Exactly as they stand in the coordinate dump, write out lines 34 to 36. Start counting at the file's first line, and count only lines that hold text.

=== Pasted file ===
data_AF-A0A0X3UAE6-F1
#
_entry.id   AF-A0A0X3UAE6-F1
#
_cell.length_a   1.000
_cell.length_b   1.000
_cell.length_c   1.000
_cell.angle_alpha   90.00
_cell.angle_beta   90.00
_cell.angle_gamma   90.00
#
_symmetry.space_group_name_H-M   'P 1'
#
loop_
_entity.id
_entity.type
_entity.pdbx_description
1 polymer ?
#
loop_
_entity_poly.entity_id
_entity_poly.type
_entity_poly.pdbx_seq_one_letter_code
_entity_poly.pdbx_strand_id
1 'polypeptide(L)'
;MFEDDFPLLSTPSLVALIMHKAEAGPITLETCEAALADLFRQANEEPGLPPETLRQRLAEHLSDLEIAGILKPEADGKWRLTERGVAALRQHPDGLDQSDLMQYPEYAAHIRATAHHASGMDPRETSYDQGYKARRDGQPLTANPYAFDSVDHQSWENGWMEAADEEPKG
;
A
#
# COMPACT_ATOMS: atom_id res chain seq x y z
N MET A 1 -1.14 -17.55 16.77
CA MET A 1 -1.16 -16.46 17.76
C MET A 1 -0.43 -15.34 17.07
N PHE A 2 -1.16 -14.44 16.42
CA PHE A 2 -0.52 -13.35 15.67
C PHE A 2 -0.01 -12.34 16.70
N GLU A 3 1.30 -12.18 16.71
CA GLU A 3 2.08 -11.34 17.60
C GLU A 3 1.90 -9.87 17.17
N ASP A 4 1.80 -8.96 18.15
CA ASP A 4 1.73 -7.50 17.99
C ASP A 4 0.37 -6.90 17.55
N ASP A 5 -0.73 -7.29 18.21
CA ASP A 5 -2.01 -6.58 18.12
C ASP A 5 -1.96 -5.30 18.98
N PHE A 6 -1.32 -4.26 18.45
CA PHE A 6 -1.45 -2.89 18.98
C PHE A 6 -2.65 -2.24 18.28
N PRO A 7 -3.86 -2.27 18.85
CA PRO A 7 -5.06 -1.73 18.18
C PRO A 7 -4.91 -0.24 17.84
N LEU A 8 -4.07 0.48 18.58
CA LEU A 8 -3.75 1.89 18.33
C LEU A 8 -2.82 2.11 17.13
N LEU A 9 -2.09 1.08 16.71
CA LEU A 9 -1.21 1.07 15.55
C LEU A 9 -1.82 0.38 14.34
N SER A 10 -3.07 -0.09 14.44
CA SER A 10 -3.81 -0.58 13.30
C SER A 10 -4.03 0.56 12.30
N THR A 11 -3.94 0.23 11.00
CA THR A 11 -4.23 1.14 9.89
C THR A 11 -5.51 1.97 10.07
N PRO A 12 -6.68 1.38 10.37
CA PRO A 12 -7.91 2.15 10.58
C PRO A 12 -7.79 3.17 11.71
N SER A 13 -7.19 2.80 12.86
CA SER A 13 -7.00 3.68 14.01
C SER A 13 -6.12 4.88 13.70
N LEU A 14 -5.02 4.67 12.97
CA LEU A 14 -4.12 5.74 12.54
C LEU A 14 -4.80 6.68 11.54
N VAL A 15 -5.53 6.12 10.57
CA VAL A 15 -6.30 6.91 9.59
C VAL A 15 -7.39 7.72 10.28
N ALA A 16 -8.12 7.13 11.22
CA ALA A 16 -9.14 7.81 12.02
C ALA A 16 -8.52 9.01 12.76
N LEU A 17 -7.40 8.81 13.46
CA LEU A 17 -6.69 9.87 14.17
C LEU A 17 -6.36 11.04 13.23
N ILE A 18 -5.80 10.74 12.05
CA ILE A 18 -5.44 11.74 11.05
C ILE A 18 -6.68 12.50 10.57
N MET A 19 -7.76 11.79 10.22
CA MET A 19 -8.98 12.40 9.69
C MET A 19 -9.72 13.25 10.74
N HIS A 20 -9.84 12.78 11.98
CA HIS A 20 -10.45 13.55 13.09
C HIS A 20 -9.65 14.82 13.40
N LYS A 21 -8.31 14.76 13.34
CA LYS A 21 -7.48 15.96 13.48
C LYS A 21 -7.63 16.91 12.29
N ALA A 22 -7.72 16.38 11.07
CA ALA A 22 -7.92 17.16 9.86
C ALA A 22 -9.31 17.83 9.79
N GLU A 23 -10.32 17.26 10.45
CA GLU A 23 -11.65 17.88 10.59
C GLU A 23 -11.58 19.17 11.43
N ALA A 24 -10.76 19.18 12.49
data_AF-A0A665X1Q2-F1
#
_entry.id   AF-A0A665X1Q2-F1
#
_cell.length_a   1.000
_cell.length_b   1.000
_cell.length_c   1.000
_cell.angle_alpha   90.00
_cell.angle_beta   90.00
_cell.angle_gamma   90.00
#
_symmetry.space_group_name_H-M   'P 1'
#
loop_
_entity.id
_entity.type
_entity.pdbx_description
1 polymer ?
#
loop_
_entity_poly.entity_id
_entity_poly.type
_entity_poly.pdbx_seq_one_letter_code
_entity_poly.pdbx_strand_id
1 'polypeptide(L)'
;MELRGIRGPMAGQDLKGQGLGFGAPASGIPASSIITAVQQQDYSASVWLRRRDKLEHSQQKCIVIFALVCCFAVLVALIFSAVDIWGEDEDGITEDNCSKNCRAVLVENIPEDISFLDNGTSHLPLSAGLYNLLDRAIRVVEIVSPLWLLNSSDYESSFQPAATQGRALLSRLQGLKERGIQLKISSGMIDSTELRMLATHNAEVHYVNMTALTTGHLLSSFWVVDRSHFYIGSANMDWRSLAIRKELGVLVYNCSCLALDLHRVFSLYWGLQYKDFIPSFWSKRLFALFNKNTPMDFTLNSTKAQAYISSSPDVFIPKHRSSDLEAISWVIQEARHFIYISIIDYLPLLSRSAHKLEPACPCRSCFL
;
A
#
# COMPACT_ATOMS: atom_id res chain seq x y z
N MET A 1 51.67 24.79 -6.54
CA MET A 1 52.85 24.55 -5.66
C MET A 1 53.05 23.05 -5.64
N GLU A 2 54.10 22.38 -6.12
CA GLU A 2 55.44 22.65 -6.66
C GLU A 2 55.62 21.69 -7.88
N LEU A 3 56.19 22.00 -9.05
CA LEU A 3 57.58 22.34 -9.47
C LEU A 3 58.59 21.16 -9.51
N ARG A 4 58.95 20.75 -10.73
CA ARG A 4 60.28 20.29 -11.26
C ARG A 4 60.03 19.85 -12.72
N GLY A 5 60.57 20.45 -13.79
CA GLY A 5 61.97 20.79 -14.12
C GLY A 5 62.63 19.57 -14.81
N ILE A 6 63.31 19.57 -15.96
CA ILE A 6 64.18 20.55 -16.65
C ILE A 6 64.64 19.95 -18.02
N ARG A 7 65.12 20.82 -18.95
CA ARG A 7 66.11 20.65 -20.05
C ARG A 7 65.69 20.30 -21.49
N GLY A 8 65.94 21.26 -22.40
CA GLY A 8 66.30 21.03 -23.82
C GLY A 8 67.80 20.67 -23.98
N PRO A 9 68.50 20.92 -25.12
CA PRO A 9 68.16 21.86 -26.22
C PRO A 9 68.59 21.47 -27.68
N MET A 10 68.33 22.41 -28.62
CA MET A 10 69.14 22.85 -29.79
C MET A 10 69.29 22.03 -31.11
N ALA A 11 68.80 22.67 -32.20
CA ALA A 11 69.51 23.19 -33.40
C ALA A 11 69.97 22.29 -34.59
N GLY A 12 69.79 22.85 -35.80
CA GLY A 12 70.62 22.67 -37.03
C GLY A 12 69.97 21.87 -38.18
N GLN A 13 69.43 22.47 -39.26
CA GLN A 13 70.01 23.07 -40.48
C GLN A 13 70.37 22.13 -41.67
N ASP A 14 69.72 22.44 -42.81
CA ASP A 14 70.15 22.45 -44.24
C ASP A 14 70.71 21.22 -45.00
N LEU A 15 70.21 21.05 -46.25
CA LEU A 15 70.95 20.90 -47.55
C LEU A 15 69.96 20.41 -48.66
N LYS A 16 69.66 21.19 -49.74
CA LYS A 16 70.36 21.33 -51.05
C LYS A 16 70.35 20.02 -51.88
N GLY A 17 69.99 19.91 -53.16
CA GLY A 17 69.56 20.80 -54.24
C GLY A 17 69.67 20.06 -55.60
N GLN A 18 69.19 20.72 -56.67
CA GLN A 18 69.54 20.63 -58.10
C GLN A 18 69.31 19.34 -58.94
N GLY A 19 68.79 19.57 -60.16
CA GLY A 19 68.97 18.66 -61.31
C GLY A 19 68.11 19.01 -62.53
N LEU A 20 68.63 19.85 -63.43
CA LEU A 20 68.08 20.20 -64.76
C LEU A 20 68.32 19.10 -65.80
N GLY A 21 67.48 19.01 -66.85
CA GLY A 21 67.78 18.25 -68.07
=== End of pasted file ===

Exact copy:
N PHE A 2 -1.16 -14.44 16.42
CA PHE A 2 -0.52 -13.35 15.67
C PHE A 2 -0.01 -12.34 16.70